What is the definition of Megalencephalic Leukoencephalopathy with Subcortical Cysts?
Megalencephalic leukoencephalopathy with subcortical cysts (MLC) is a condition that affects brain development and function. Individuals with this condition have an enlarged brain (megalencephaly) and an abnormality of the white matter in the brain (leukoencephalopathy). White matter consists of nerve fibers covered by a fatty substance called myelin that promotes the rapid transmission of nerve impulses. In MLC, the myelin is swollen and contains numerous fluid-filled pockets (vacuoles). Over time, the swelling decreases and the myelin begins to waste away (atrophy).
Leukoencephalopathy can lead to abnormal muscle tensing (spasticity), difficulty coordinating movements (ataxia), cysts in the brain (subcortical cysts), abnormal muscle tone (dystonia), swallowing difficulties, mild to moderate intellectual disabilities, speech difficulties, seizures, and difficulties walking. There are three types of MLC, which are distinguished by their signs and symptoms and genetic cause. Type 1 is caused by mutations in the MLC1 gene. Types 2A and 2B are caused by mutations in the HEPACAM gene. MLC types 1 and 2A are inherited in an autosomal recessive manner, while type 2B is inherited in an autosomal dominant manner. In approximately 5% of individuals with MLC, the cause is unknown.
Although there is no specific treatment or cure for MLC, there are ways to manage the symptoms, such as use of antiepileptic drugs, physical therapy, and speech therapy. Management additionally includes avoiding injury to the head, which can temporarily worsen symptoms. A team of doctors or specialists is often needed to figure out the treatment options for each person.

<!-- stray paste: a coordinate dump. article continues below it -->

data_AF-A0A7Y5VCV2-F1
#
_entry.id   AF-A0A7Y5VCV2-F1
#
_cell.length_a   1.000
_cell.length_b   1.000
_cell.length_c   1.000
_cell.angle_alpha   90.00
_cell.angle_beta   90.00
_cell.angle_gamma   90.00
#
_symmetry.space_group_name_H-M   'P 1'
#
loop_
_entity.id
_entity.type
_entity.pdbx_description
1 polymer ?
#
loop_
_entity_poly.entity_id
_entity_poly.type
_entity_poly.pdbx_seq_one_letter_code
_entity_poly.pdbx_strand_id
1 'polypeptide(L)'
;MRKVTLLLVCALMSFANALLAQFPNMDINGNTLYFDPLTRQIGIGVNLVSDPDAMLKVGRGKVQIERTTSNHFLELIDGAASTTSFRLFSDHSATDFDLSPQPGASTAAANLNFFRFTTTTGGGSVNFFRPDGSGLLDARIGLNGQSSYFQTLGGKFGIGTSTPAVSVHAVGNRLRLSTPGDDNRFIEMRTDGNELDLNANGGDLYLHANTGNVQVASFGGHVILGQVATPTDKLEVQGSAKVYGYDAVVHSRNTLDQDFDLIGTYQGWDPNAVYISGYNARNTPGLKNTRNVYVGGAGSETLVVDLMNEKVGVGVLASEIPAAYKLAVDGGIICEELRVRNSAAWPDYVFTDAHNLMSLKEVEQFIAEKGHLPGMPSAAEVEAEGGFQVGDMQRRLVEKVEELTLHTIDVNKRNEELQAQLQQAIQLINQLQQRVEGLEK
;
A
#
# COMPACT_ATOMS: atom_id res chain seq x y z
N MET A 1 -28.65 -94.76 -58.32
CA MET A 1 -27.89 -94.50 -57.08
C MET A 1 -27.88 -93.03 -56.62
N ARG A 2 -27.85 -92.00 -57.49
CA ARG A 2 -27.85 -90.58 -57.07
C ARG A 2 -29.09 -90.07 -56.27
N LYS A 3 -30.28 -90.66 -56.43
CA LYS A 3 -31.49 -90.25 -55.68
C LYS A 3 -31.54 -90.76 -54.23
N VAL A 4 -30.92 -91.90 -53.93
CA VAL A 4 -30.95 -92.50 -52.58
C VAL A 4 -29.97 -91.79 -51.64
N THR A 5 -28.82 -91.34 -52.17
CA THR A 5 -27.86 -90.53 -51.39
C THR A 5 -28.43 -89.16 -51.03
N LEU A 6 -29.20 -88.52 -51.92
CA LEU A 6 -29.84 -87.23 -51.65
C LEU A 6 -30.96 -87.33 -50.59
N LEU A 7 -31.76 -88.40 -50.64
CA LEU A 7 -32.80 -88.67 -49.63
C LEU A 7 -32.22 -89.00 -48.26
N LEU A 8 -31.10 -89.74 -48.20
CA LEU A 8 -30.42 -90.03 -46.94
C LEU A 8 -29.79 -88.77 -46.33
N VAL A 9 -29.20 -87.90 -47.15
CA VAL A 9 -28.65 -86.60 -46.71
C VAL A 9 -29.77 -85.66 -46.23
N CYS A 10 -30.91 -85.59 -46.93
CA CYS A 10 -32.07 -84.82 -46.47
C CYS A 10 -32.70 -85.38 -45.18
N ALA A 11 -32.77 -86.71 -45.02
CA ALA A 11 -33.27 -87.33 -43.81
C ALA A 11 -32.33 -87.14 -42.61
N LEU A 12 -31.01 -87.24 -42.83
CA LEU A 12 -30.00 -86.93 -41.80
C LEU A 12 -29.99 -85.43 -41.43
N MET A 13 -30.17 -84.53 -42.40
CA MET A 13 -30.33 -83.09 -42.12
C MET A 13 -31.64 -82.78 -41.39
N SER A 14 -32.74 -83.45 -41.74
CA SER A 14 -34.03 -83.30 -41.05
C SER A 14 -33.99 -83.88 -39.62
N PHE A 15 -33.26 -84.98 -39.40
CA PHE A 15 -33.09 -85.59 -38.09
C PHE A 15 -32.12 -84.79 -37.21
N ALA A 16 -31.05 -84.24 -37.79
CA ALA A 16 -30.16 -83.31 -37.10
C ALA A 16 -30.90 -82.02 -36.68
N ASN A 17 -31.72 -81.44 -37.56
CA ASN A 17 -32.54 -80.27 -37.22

What are the alternative names for Megalencephalic Leukoencephalopathy with Subcortical Cysts?
- Vacuolating megalencephalic leukoencephalopathy with subcortical cysts
- Megalencephaly-cystic leukodystrophy
- Leukoencephalopathy with swelling and cysts
What are the causes for Megalencephalic Leukoencephalopathy with Subcortical Cysts?
The majority of individuals with MLC have mutations in the MLC1 gene. Mutations within this gene account for approximately 75% of all cases. The MLC1 gene provides instructions for making a protein found primarily in astroglial cells in the brain. Astroglial cells are a specialized type of glial cell, which are cells that protect and maintain nerve cells. The role of the MLC1 protein is not fully understood; however, it is suspected to be involved in the control of fluids into cells or the strength of cells' attachment to one another.
Approximately 20% of individuals with MLC have mutations in the HEPACAM gene. The HEPACAM gene provides instructions for making a protein called GlialCAM, which primarily functions in the brain, particularly in glial cells. GlialCAM attaches to other GlialCAM proteins or to the MLC1 protein and guides them to the space between cells (cell junctions). The function of GlialCAM at the cell junction is unclear.
About 5% of individuals with MLC do not have identifiable mutations in either the MLC1 or HEPACAM gene. In these individuals, the cause of MLC is not known.